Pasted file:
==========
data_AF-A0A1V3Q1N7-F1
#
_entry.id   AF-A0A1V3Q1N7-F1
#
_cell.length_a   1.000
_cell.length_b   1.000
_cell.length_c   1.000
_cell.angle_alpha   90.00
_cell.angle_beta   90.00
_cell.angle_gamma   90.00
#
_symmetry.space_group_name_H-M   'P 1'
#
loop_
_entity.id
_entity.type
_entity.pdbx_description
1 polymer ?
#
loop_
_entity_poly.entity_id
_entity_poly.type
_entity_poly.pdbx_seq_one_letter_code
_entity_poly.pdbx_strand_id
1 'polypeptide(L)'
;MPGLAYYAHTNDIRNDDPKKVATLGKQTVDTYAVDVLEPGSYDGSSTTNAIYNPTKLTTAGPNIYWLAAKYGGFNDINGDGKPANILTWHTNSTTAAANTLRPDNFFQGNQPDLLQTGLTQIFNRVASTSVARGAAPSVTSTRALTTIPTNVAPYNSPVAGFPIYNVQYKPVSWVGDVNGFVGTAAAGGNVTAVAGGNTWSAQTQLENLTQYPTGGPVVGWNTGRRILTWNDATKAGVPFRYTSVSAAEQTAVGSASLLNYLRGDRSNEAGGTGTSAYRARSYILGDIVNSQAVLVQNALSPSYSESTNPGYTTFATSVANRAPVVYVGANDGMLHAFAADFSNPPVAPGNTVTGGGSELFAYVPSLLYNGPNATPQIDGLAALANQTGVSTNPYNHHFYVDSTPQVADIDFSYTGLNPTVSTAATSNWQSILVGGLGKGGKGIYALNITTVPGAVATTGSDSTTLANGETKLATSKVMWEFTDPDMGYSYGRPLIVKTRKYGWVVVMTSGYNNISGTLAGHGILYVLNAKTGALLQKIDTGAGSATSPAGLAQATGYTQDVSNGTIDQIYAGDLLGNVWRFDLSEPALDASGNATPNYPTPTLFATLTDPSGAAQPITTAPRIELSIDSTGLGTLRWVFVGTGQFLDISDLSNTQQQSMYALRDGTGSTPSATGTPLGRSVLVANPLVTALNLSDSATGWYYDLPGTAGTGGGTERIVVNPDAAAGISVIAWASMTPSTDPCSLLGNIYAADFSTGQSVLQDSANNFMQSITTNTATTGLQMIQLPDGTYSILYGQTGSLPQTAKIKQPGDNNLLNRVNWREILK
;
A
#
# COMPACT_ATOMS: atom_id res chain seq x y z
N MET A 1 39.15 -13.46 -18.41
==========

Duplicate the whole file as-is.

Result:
data_AF-A0A1V3Q1N7-F1
#
_entry.id   AF-A0A1V3Q1N7-F1
#
_cell.length_a   1.000
_cell.length_b   1.000
_cell.length_c   1.000
_cell.angle_alpha   90.00
_cell.angle_beta   90.00
_cell.angle_gamma   90.00
#
_symmetry.space_group_name_H-M   'P 1'
#
loop_
_entity.id
_entity.type
_entity.pdbx_description
1 polymer ?
#
loop_
_entity_poly.entity_id
_entity_poly.type
_entity_poly.pdbx_seq_one_letter_code
_entity_poly.pdbx_strand_id
1 'polypeptide(L)'
;MPGLAYYAHTNDIRNDDPKKVATLGKQTVDTYAVDVLEPGSYDGSSTTNAIYNPTKLTTAGPNIYWLAAKYGGFNDINGDGKPANILTWHTNSTTAAANTLRPDNFFQGNQPDLLQTGLTQIFNRVASTSVARGAAPSVTSTRALTTIPTNVAPYNSPVAGFPIYNVQYKPVSWVGDVNGFVGTAAAGGNVTAVAGGNTWSAQTQLENLTQYPTGGPVVGWNTGRRILTWNDATKAGVPFRYTSVSAAEQTAVGSASLLNYLRGDRSNEAGGTGTSAYRARSYILGDIVNSQAVLVQNALSPSYSESTNPGYTTFATSVANRAPVVYVGANDGMLHAFAADFSNPPVAPGNTVTGGGSELFAYVPSLLYNGPNATPQIDGLAALANQTGVSTNPYNHHFYVDSTPQVADIDFSYTGLNPTVSTAATSNWQSILVGGLGKGGKGIYALNITTVPGAVATTGSDSTTLANGETKLATSKVMWEFTDPDMGYSYGRPLIVKTRKYGWVVVMTSGYNNISGTLAGHGILYVLNAKTGALLQKIDTGAGSATSPAGLAQATGYTQDVSNGTIDQIYAGDLLGNVWRFDLSEPALDASGNATPNYPTPTLFATLTDPSGAAQPITTAPRIELSIDSTGLGTLRWVFVGTGQFLDISDLSNTQQQSMYALRDGTGSTPSATGTPLGRSVLVANPLVTALNLSDSATGWYYDLPGTAGTGGGTERIVVNPDAAAGISVIAWASMTPSTDPCSLLGNIYAADFSTGQSVLQDSANNFMQSITTNTATTGLQMIQLPDGTYSILYGQTGSLPQTAKIKQPGDNNLLNRVNWREILK
;
A
#
# COMPACT_ATOMS: atom_id res chain seq x y z
N MET A 1 39.15 -13.46 -18.41